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Am J Physiol Lung Cell Mol Physiol. 2010 Jan;298(1):L67-78. doi: 10.1152/ajplung.00193.2009. Epub 2009 Sep 25.

Microbial exposure early in life regulates airway inflammation in mice after infection with Streptococcus pneumoniae with enhancement of local resistance.

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Department of Bacteriology, Nara Medical University, School of Medicine, Kashihara, Nara 634-8521, Japan.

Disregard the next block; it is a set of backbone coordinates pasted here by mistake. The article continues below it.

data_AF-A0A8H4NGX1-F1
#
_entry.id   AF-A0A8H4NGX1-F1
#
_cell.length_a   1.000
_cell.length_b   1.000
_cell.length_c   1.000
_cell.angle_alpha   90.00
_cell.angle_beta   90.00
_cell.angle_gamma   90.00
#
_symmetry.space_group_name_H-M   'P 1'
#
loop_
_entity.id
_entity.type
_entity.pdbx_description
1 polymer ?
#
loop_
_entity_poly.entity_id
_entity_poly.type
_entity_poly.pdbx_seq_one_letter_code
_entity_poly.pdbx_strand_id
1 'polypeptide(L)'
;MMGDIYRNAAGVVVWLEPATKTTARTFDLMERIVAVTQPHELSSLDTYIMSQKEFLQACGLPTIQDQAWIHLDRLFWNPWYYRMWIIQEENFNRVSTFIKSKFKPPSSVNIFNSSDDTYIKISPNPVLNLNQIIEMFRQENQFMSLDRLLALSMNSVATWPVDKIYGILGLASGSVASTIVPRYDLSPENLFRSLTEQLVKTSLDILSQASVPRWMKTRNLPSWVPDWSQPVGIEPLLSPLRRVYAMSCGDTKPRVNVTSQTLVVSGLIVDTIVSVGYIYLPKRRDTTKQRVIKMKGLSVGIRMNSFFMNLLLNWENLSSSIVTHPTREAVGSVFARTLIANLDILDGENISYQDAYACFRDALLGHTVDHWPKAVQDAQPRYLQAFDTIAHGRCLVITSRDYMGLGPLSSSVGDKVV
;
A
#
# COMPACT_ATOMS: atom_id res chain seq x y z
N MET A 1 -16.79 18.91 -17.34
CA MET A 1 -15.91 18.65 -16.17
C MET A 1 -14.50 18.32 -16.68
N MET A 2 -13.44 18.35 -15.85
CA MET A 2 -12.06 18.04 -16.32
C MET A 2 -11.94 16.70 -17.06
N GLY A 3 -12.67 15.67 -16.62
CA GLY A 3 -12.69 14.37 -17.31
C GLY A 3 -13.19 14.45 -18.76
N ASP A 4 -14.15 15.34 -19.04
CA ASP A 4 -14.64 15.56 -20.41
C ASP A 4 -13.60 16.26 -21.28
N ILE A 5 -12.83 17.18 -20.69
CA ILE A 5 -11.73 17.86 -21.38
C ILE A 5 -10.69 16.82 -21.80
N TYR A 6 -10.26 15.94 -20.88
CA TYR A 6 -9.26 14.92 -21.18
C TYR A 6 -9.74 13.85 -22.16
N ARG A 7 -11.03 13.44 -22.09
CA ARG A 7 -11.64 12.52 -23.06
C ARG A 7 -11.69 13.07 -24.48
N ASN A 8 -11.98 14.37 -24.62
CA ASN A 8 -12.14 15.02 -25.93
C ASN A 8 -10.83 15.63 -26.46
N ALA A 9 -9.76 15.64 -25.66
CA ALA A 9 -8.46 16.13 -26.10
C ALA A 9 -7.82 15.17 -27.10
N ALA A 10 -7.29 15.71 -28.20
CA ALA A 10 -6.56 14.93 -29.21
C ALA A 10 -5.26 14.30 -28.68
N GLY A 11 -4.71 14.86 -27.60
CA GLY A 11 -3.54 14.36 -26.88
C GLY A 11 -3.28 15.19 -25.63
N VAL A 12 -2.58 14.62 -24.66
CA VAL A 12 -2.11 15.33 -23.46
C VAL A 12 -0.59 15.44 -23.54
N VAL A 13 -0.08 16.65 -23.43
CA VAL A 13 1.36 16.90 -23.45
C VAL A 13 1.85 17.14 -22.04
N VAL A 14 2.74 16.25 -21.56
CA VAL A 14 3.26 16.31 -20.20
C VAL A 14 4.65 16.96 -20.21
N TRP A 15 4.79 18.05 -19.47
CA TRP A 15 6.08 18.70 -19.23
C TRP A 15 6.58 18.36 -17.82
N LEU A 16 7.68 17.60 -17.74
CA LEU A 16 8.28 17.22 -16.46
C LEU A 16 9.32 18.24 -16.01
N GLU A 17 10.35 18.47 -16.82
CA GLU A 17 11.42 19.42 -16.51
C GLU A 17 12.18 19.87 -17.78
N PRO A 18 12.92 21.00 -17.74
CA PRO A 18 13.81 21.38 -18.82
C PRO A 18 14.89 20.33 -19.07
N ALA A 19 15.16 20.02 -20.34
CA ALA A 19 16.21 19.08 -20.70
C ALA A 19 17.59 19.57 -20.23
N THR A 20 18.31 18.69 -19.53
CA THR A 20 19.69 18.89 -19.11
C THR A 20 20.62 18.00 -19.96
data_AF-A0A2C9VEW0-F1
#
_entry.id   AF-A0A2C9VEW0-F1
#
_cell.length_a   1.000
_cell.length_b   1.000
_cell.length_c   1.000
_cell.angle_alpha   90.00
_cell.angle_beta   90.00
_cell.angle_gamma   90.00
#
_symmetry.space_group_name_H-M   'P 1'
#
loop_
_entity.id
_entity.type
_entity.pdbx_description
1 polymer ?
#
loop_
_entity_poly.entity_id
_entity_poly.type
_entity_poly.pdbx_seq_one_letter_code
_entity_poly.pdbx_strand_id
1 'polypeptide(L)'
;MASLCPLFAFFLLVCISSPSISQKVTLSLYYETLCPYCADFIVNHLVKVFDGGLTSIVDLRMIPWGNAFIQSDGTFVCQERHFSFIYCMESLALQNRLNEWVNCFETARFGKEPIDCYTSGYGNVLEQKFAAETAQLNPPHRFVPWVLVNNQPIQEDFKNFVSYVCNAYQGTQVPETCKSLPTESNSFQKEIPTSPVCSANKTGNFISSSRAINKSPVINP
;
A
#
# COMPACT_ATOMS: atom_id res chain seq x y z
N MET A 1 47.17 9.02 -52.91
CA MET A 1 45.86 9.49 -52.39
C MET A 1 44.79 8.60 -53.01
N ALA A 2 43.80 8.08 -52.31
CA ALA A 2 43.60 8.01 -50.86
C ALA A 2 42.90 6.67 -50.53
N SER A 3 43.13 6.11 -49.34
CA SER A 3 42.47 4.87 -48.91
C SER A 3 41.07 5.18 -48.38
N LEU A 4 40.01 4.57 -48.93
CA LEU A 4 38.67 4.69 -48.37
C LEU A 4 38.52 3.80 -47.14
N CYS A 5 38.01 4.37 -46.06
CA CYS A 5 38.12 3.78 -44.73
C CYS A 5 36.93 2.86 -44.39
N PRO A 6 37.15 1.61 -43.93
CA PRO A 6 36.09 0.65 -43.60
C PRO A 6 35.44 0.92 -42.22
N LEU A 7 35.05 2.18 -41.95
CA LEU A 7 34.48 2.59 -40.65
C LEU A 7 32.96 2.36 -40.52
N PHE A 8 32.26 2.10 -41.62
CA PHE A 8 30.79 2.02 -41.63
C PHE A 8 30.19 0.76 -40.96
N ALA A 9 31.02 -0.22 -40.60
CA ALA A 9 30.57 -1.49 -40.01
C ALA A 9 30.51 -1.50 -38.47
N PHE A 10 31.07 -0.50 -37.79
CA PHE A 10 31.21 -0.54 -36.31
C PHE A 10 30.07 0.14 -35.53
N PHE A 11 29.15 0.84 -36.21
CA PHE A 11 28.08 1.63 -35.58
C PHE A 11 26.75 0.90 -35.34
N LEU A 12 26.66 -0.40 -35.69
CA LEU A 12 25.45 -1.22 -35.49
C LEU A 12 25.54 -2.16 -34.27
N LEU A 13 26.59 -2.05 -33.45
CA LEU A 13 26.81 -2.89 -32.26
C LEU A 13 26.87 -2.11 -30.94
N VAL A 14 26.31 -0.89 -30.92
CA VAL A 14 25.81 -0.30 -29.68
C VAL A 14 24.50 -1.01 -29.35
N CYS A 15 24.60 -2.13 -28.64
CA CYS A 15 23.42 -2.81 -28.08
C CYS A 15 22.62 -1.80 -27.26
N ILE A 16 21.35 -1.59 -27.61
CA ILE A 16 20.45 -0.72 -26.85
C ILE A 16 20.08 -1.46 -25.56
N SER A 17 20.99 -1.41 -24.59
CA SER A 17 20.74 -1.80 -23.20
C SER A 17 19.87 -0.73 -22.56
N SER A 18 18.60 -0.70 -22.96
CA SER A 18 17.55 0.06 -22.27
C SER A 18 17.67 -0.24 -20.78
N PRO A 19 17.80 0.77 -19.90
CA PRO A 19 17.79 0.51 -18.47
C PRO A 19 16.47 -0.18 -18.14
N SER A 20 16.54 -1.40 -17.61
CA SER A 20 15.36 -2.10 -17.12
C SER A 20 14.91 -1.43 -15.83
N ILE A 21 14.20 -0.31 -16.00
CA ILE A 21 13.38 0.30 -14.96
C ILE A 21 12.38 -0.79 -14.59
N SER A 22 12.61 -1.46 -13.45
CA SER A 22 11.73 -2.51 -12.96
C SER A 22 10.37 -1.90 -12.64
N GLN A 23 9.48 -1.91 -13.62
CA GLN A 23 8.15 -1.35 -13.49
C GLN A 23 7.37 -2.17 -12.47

The immunological explanation for the "hygiene hypothesis" has been proposed to be induction of T helper 1 (Th1) responses by microbial products. However, the protective results of hygiene hypothesis-linked microbial exposures are currently shown to be unlikely to result from a Th1-skewed response. Until now, effect of microbial exposure early in life on airway innate resistance remained unclear. We examined the role of early life exposure to microbes in airway innate resistance to a respiratory pathogen. Specific pathogen-free weanling mice were nasally exposed to the mixture of microbial extracts or PBS (control) every other day for 28 days and intratracheally infected with Streptococcus pneumoniae 10 days after the last exposure. Exposure to microbial extracts facilitated colonization of aerobic gram-positive bacteria, anaerobic microorganisms, and Lactobacillus in the airway, compared with control exposure. In pneumococcal pneumonia, the exposure prolonged mouse survival days by suppressing bacterial growth and by retarding pneumococcal blood invasion, despite significantly low levels of leukocyte recruitment in the lung. Enhancement of airway resistance was associated with a significant decrease in production of leukocyte chemokine (KC) and TNFalpha, and suppression of matrix metalloproteinase (MMP-9) expression/activation with enhancement of tissue inhibitor of MMP (TIMP-3) activation. The exposure increased production of IFN-gamma, IL-4, and monocyte chemoattractant-1 following infection. Furthermore, expression of Toll-like receptor 2, 4, and 9 was promoted by the exposure but no longer upregulated upon pneumococcal infection. Thus, we suggest that hygiene hypothesis is more important in regulating the PMN-dominant inflammatory response than in inducing a Th1-dominant response.

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